Spread each breast half with about 2 Tablespoons of cream cheese. (Or spread about 1 Tablespoon onto a tender.)

Place your chosen veggies inside and wrap as shown here, forming a roll.

Place rolls seam-side down in a buttered baking  dish.

Place a small pat of butter on top of each bundle.
Bake 45 minutes, baste with pan drippings after 30 minutes.

To serve, spoon any melted cheese in pan over rolls, sprinkle with paprika. (I never sprinkle with paprika.)

Cooked and ready to serve. Enjoy!

Lenten Sacrifices: what gives?

27 Feb

What to give up for Lent?

Last Wednesday was the start of Lent for our family and for many of our friends. It means that the Easter holiday is in just forty short days. Forty days to prepare yourself, however you choose to do so.

For many people, myself included, the big question is always “What should I give up for Lent this year?”

Last week, when I was in a particularly flippant and cynical mood, I posted on Facebook, saying that there wasn’t a whole lot to give up, and that as far as my beloved chocolate chips, well I just couldn’t go there. Not this year.

We live a pretty frugal lifestyle right now, so we sacrifice so much it seems, already. We only buy what we absolutely need, we only go out when we have freebies if at all possible, and we have given up pretty much everything, for just a short while longer. But, it leaves not a whole lot left to give up.

Or so I thought.

I was surprised though, my kids all chose something to give up, even though none of them are 14 so really, by the church’s rules, they don’t have to give up anything. We do abide by the no meat on Friday rule as a family though, so I guess it shouldn’t surprise me a whole lot that they wanted to partake in this part of Lent as well. Even if they don’t make it the whole 40 days with their sacrifices, I’m proud of them for trying.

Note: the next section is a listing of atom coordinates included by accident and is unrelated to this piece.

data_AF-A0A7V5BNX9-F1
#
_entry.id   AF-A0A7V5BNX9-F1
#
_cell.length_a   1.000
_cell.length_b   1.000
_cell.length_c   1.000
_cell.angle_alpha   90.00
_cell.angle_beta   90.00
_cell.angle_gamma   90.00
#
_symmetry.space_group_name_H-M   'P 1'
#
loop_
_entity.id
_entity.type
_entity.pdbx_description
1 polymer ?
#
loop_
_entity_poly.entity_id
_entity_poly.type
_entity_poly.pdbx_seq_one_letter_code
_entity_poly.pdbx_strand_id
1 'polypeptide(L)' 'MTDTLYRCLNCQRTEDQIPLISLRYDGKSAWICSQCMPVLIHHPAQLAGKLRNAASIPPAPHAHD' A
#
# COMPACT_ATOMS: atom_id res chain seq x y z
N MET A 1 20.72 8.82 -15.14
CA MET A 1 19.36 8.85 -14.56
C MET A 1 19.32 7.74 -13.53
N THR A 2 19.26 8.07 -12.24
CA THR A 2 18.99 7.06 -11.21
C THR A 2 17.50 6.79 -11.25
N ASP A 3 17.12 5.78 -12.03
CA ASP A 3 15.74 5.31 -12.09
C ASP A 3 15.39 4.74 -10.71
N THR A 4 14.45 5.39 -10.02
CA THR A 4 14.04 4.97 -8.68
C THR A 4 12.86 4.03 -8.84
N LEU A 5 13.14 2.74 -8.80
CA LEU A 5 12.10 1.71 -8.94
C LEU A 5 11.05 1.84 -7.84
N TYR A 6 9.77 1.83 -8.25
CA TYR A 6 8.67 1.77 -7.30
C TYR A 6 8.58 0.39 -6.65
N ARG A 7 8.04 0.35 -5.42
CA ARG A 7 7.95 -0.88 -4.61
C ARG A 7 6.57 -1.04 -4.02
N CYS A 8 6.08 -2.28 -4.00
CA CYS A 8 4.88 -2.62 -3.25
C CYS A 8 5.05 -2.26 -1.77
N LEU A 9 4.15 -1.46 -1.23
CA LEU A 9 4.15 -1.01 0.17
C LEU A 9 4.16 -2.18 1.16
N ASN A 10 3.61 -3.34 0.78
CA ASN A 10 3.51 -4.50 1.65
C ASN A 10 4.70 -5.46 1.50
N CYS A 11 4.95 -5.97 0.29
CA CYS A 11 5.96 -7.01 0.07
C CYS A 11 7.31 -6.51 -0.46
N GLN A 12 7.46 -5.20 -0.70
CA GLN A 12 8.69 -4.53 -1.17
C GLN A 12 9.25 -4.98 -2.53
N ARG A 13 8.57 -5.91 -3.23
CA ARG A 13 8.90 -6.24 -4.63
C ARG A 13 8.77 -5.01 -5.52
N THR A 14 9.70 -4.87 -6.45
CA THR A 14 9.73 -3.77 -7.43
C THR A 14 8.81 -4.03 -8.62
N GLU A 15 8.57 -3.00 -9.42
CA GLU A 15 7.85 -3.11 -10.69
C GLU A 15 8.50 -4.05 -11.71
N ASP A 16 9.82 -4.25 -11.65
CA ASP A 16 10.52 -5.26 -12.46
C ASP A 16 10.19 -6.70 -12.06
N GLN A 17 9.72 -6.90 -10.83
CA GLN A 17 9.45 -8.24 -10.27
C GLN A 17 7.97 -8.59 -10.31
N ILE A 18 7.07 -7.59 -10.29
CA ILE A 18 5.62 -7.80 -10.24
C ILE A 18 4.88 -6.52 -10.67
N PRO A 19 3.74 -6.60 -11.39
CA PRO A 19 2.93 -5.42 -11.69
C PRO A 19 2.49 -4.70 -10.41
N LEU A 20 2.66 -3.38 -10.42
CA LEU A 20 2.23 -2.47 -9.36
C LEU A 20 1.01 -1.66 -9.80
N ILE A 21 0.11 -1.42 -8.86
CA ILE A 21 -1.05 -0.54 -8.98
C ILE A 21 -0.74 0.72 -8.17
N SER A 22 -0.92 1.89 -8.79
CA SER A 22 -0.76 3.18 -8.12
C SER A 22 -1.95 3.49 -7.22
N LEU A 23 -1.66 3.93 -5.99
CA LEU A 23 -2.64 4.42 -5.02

And then came the question….

“Well Mommy, what are *you* giving up for Lent?”


There it was.

How could I not give something up for Lent if they all were? One was even giving up computer time. Gasp…I could never.

But I went back to that Facebook post from last week and re-read some of the answers that were there, this time I was in a more serious mood, less joking than I was when I originally posted, and I really began to consider them one by one, except Barbara’s who said to give up Facebook. Nope.

I liked the one from Dolores’ priest, who said to try to complain less. I don’t think I complain a lot, but then if you ask my family, it’s really all I do, in their opinion. :) I guess I could try that one.

But there were several others that I liked also, people whose priests suggested adding positivity to your life by trying to do a particular something more often, something good, something positive. I liked that.

Another friend said their priest suggested trying to do something that’s hard to do normally, something that takes extra effort, whether it is being nice to someone you don’t like a lot, or something like that. Also a possibility.

We too, went to church on Ash Wednesday and our deacon said something I found interesting as well, he mentioned that you might start praying for someone who needs it, and you might not even know that person personally, but you might know of them and know they need the extra prayers, so you could add that into your day.  Very thought provoking idea.

However, one thing stuck out most from all the friendly comments and suggestions. Dolores’ priest said, “and if you fall off the wagon, get right back on and try again.”